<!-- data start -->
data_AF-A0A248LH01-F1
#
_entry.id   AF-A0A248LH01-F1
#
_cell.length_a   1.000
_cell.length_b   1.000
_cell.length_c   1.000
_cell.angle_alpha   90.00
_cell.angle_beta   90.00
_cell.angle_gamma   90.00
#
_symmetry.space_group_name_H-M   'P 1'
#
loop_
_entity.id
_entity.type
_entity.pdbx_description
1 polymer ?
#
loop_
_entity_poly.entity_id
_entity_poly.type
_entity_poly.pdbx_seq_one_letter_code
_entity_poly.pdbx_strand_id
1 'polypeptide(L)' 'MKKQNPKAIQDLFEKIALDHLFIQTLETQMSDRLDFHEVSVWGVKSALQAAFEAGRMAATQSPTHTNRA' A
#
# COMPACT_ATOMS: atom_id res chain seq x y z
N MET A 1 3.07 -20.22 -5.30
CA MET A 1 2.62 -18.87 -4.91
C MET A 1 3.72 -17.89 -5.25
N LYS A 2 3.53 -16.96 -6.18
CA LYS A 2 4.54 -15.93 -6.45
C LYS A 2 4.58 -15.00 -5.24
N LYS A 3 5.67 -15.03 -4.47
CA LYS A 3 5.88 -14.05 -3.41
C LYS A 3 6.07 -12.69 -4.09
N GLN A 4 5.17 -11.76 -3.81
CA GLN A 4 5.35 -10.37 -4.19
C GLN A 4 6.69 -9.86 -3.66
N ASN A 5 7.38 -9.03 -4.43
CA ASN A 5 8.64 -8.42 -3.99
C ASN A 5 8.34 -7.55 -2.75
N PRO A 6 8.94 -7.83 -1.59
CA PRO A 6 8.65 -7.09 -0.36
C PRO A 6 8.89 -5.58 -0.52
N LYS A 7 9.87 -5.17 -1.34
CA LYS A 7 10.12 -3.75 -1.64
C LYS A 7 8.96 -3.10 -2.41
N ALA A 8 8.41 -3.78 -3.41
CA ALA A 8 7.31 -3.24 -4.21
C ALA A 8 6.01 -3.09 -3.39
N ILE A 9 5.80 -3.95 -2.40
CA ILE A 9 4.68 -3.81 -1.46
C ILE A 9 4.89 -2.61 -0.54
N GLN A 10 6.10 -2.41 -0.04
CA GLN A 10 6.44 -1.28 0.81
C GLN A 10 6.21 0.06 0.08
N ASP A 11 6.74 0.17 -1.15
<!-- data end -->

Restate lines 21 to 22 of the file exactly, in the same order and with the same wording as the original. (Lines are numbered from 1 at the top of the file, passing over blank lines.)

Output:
_entity_poly.entity_id
_entity_poly.type